string (constant or variable) may be used as a regular expression, except
     in the position of an isolated regular expression in a pattern.

     A pattern may consist of two patterns separated by a comma; in this case,
     the action is performed for all lines from an occurrence of the first
     pattern though an occurrence of the second.

     A relational expression is one of the following:

           expression matchop regular-expression
           expression relop expression
           expression in array-name
           (expr, expr, ...) in array-name
     where a relop is any of the six relational operators in C, and a matchop
     is either ~ (matches) or !~ (does not match).  A conditional is an arith-
     metic expression, a relational expression, or a Boolean combination of

     The special patterns BEGIN and END may be used to capture control before
     the first input line is read and after the last.  BEGIN and END do not
     combine with other patterns.

     Variable names with special meanings:

     CONVFMT       conversion format used when converting numbers (default
     FS            regular expression used to separate fields; also settable
                   by option -F fs.
     NF            number of fields in the current record
     NR            ordinal number of the current record
     FNR           ordinal number of the current record in the current file
     FILENAME      the name of the current input file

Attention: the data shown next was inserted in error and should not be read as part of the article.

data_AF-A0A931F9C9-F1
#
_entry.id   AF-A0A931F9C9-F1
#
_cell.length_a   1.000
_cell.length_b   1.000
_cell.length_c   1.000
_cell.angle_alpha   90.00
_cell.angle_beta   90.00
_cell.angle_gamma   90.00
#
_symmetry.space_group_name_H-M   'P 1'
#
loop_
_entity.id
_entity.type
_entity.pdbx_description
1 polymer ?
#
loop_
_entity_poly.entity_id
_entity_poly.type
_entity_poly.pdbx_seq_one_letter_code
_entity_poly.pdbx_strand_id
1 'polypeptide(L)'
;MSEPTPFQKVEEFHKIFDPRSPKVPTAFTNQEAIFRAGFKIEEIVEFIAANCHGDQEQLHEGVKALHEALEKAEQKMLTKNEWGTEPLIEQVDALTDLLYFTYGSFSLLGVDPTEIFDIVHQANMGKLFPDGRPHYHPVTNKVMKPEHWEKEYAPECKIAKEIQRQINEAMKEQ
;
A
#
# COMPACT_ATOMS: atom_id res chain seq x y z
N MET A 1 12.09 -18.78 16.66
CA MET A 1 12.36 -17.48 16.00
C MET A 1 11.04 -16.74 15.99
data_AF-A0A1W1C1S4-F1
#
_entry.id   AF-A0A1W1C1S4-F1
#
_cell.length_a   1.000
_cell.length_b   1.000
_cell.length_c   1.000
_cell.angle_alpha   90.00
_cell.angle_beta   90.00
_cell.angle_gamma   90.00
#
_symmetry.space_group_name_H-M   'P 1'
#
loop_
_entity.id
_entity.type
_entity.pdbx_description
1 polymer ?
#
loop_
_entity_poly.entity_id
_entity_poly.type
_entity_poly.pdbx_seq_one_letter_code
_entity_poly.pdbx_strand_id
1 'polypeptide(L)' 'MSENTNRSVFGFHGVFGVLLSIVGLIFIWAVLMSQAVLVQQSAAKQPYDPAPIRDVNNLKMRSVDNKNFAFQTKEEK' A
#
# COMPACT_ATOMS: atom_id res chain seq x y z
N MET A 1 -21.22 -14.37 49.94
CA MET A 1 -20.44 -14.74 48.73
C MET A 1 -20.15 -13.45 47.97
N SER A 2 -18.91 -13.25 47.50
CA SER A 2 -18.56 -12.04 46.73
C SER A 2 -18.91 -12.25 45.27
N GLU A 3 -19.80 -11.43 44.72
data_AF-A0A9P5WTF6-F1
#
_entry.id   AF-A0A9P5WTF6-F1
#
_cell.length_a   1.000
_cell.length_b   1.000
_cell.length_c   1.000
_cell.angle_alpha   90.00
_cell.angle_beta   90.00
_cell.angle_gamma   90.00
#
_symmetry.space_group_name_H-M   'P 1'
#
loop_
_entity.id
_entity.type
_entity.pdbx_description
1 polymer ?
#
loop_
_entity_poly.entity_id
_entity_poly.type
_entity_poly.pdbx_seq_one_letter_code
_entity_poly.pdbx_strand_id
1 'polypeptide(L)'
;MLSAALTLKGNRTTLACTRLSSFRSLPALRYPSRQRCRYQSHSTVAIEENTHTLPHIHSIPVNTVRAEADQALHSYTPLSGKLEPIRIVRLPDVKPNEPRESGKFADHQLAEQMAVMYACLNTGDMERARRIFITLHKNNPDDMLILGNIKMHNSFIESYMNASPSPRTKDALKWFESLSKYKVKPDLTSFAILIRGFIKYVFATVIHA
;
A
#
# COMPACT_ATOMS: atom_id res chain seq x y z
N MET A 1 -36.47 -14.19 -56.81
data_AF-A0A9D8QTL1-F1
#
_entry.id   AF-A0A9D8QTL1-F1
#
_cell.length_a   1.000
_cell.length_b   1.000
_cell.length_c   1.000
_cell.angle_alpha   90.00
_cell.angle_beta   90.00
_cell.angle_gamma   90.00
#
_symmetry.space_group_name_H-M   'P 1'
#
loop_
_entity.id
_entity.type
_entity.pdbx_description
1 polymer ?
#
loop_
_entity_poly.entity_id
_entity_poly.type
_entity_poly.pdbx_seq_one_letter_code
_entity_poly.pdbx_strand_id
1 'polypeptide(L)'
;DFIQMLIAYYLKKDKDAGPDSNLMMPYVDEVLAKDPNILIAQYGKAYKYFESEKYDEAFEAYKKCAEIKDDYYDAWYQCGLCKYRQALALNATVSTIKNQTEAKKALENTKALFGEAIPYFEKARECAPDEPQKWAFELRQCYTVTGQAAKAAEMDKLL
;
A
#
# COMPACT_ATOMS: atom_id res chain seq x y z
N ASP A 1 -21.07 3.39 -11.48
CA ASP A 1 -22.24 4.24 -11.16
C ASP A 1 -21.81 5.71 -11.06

RS            input record separator (default newline)
     OFS           output field separator (default blank)
     ORS           output record separator (default newline)
     OFMT          output format for numbers (default "%.6g")
     SUBSEP        separates multiple subscripts (default 034)
     ARGC          argument count, assignable
     ARGV          argument array, assignable; non-null members are taken as
     ENVIRON       array of environment variables; subscripts are names.

     Functions may be defined (at the position of a pattern-action statement)

           function foo(a, b, c) { ...; return x }

     Parameters are passed by value if scalar and by reference if array name;
     functions may be called recursively.  Parameters are local to the func-
     tion; all other variables are global.  Thus local variables may be creat-
     ed by providing excess parameters in the function definition.

           length($0) > 72
     Print lines longer than 72 characters.

           { print $2, $1 }
     Print first two fields in opposite order.

           BEGIN { FS = ",[ \t]*|[ \t]+" }
                 { print $2, $1 }
     Same, with input fields separated by comma and/or blanks and tabs.

           { s += $1 }
           END { print "sum is", s, " average is", s/NR }
     Add up first column, print sum and average.

           /start/, /stop/
     Print all lines between start/stop pairs.

           BEGIN { # Simulate echo(1)
                   for (i = 1; i < ARGC; i++) printf "%s ", ARGV[i]
                   printf "\n"
                   exit }

     lex(1), sed(1)

     A. V. Aho, B. W. Kernighan, and P. J. Weinberger, The AWK Programming
     Language, Addison-Wesley, 1988, ISBN 0-201-07981-X.

     An awk utility appeared in Version 7 AT&T UNIX.

     There are no explicit conversions between numbers and strings.  To force
     an expression to be treated as a number add 0 to it; to force it to be
     treated as a string concatenate "" to it.

     The scope rules for variables in functions are a botch; the syntax is

OpenBSD 3.4                      June 29, 1996                               4